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Author: Brother Robert

How was your 4th? Yeah? Good. Mine? Eh. But thanks for asking. 41 million Americans traveled for the 4th of July holiday, some 80% of whom drove to their destination. In today’s Gospel, Luke Chapter 10, Jesus assembles a sort of “advance team,” forming a cadre of disciples “whom he sent ahead of him in pairs to every town and place he intended to visit” (v. 1). There was as yet no Yelp.

To go forth as a disciple – now that’s a high call. Discipleship presupposes a relationship with God, and from that relationships is formed trust and connection such that the one chosen can and will carry out the mission. How else does one go forth, particularly in a contemporary context? Consider these main groupings: tourist; road warrior; pilgrim; and missionary.

Here’s a paradox worthy of Merton, or perhaps most unworthy: everyone wants to travel, but no one wants to be a tourist. Tourism is hard on the earth, and it can be tough on the locals. As a former New Yorker I know that a quick way to end discussion on a potential destination is to say, “No, only tourists go there.” The first time I saw this caution was on a sign in a Chapel Hill, NC shop window: “Take nothing but pictures, leave nothing but money.” And hats – what is it about being more than four hours from home that makes me want to put on a hat that I would never wear to, say, the dentist’s office? But how am I supposed to learn about the world if I don’t see it?

Road warrior: this one is tough, too. These are folks, and I was once such as these, whose career obliges them to travel. The Ur-text for road warriors is Up in the Air by Walter Kirn. The movie shifted the plot line to play up the main character’s work as a hired hand sent in to downsize (aka fire) staff, but the book was much more immersed in the world of points and miles and upgrades. O how I exhaled joyfully if at the end of the year I made platinum status for the next year. So that I could. Travel. More. Hmmm. This is not what Jesus is asking of his disciples either.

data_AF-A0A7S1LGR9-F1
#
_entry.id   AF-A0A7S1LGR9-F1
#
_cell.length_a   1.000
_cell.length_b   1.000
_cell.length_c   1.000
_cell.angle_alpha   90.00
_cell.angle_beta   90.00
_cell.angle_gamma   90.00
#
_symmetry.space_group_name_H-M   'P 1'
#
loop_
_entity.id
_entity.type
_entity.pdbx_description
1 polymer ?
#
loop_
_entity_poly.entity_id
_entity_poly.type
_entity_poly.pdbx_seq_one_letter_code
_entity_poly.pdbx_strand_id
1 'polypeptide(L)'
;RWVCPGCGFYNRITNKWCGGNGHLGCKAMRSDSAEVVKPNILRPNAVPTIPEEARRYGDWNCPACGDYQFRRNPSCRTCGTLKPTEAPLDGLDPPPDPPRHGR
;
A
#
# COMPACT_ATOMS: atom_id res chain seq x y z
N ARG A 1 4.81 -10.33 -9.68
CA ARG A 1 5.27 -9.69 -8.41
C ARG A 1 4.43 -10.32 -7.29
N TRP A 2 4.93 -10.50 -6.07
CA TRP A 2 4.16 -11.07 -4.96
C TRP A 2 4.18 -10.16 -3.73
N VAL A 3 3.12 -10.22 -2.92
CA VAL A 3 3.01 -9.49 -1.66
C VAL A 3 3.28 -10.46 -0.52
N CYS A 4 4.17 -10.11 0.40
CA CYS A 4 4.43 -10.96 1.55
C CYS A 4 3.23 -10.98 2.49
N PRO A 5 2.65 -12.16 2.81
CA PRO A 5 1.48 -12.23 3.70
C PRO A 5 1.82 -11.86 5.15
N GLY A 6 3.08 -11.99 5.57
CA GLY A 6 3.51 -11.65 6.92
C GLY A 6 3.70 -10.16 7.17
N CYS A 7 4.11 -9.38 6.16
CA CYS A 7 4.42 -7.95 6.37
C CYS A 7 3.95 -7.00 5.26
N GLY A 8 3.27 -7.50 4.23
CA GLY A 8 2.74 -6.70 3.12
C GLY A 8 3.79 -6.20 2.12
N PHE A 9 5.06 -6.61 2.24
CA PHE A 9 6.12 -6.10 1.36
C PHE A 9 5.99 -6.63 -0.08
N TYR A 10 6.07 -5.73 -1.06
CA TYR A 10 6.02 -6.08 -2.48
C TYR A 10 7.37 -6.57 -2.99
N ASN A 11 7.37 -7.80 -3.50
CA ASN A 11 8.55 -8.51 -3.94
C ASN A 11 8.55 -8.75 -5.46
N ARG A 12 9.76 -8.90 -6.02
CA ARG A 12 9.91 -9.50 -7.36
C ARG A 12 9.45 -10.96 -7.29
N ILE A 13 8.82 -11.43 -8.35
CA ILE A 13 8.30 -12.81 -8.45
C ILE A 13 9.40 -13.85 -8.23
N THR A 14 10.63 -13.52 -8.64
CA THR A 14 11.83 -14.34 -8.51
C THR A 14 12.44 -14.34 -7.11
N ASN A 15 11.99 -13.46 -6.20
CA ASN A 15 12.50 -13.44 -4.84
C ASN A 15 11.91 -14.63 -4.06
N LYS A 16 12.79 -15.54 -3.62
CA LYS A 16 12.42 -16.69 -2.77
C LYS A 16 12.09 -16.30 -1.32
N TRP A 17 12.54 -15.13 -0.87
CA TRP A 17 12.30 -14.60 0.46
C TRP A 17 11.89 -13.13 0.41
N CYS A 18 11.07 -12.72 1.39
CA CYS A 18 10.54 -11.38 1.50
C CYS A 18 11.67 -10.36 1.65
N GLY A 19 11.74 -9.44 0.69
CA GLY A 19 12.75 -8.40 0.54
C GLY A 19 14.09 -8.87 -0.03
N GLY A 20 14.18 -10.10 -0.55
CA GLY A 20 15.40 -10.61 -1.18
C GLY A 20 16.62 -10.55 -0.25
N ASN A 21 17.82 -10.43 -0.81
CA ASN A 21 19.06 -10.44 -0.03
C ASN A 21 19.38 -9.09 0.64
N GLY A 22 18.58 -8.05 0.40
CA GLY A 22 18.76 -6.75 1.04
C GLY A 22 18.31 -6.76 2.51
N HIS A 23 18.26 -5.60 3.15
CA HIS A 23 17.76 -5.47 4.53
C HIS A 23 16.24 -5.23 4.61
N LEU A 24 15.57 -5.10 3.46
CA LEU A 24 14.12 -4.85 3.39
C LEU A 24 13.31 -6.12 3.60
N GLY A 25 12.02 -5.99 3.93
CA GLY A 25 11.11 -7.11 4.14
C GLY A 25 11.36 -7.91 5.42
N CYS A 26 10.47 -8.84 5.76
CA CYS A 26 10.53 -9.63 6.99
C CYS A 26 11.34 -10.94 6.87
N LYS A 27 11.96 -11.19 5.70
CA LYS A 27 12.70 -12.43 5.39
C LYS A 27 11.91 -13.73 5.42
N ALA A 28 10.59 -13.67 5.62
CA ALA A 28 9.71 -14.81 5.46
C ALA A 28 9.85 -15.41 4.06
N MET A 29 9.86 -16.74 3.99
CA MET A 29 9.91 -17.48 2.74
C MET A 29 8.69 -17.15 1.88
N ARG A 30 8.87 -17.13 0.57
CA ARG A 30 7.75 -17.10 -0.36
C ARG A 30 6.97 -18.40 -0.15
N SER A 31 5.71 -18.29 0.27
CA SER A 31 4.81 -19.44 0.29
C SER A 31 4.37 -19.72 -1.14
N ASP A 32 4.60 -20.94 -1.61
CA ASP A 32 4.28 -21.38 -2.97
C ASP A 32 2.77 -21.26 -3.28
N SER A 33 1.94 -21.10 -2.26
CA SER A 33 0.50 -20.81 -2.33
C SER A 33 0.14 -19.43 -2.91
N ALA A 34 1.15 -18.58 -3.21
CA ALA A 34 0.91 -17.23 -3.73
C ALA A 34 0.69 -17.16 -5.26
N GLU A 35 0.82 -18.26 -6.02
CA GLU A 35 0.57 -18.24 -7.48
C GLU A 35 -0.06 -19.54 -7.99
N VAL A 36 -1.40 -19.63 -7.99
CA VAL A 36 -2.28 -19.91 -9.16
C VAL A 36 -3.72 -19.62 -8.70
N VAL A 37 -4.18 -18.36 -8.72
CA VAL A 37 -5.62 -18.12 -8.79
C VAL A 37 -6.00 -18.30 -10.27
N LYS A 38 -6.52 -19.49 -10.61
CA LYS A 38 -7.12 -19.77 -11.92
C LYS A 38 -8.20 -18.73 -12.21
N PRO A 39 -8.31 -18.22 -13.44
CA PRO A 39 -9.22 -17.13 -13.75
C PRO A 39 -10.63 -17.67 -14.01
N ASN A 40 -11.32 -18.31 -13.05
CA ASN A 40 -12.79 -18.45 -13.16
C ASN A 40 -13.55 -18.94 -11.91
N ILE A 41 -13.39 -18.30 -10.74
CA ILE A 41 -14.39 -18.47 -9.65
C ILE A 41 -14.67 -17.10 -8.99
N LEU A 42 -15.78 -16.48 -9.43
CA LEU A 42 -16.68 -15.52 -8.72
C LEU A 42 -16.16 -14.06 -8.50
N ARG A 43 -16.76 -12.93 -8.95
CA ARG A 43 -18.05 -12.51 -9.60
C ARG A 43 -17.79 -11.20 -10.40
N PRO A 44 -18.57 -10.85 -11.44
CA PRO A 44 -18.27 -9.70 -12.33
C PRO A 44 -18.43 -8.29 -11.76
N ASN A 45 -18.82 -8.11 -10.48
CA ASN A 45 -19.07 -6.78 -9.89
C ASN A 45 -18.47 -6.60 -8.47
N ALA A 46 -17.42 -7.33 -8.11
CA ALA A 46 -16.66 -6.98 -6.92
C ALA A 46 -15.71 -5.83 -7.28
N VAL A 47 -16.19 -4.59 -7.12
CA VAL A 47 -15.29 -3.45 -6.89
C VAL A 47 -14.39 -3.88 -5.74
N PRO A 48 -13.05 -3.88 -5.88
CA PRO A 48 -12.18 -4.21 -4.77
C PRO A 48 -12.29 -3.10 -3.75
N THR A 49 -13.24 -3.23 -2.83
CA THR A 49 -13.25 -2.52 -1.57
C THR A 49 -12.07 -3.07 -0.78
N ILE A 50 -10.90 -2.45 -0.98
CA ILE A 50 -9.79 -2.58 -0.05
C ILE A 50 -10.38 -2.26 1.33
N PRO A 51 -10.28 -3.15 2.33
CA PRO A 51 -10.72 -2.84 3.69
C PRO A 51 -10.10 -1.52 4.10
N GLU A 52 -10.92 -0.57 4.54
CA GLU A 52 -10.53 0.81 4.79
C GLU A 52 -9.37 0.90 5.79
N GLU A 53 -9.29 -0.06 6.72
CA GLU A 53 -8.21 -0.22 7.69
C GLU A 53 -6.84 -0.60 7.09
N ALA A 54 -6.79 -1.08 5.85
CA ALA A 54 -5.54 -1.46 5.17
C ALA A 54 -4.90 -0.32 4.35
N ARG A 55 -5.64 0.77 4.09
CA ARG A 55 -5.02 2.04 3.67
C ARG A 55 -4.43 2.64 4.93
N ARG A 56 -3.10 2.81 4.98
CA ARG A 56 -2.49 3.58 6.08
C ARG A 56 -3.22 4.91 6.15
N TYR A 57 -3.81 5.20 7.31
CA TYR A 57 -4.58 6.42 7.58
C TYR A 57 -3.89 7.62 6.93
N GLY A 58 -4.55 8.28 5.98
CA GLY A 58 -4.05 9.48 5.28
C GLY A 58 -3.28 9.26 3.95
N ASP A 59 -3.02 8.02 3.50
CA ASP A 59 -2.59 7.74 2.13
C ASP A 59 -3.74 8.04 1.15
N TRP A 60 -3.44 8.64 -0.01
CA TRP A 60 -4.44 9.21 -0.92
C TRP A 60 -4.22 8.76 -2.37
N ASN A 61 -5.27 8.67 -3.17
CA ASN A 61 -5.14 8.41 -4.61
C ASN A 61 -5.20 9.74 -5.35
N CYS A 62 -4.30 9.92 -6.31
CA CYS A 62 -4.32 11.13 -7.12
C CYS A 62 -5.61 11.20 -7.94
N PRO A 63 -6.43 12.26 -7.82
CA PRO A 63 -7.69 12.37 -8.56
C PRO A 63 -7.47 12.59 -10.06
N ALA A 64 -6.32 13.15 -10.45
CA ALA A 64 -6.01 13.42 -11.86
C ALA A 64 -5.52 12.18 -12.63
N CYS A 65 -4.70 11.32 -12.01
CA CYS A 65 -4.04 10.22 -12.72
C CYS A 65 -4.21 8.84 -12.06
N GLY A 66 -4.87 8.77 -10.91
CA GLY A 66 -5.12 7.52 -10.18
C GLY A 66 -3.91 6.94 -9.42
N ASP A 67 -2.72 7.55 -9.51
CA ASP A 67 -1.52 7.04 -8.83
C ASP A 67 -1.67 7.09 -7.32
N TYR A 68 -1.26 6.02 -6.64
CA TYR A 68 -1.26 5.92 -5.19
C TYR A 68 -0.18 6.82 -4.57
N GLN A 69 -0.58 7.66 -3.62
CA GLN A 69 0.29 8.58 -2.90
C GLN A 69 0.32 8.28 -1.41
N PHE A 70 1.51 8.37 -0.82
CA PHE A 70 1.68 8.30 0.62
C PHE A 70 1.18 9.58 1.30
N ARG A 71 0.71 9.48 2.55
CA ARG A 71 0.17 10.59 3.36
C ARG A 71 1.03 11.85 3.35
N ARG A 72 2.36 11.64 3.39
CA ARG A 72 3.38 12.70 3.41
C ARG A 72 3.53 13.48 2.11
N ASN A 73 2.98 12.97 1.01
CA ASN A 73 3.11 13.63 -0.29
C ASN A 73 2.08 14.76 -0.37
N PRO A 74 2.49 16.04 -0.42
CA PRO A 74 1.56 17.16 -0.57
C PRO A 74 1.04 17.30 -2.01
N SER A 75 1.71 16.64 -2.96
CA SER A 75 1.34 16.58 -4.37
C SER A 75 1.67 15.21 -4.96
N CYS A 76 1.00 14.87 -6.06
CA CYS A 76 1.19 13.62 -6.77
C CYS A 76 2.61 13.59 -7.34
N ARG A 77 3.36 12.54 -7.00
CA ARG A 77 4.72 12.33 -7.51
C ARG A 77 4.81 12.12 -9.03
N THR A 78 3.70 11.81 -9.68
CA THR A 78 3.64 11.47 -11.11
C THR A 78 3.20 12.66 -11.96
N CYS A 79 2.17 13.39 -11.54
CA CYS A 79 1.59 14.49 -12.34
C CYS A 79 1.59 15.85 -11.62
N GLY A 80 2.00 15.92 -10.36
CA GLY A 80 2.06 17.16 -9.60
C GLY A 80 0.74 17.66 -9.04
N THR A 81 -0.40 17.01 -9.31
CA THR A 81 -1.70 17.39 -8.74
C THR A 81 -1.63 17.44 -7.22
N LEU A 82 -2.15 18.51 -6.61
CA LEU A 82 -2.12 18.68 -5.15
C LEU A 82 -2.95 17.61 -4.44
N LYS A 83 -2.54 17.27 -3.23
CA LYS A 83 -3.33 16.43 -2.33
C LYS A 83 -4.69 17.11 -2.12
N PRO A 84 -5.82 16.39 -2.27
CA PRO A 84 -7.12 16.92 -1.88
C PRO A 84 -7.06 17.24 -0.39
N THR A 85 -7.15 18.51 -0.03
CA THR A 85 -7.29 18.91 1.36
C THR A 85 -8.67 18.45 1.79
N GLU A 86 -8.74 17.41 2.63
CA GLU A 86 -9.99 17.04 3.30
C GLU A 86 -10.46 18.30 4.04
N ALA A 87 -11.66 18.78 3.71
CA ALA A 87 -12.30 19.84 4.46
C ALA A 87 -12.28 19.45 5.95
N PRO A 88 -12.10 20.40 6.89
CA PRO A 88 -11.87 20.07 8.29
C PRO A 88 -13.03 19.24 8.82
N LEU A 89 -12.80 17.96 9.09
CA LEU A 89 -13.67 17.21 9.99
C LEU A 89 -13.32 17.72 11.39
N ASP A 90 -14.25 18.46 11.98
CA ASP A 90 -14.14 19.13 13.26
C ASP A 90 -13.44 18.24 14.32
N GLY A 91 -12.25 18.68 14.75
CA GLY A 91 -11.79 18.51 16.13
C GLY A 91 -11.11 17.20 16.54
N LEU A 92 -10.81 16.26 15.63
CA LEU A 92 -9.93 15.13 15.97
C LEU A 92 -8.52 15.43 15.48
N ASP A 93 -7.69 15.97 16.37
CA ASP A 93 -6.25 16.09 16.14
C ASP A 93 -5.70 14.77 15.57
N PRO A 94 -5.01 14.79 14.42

Pilgrim – now we’re talking. And, preferably, walking. A pilgrim is a seeker on a journey, and a pilgrim holds the journey as being co-equal with the destination. This is of the Gospel. Remember July 3rd, the Feast of Thomas the Apostle? Paul writes, “You are no longer strangers and sojourners, but you are fellow citizens with the holy ones and members of the household of God” (Eph 2: 19). Yes, this – this is what I want. I cannot go alone, I will meet brothers and sisters along the way, and we will be welcomed so long as we “do justice and love goodness and … walk humbly with (our) God” (Mic 6: 8). And clean up after ourselves. And maybe leave something in the donations box.

Missionary. If a pilgrim has something to learn, then a missionary has something to teach. But a missionary errs when they understand their role solely as teacher. The work of living and sharing the Gospel did not flourish as it could have when for centuries the Church did not form missionaries to be seekers and learners as much as teachers.

Missionary is perhaps the last stage on the path to discipleship. My Capuchin Franciscan vocation obliges me to be itinerant, so go I must. And let it be done to me, in whatever place you choose, according to your word. And let us remember: blessed is he who comes in the name of the Lord.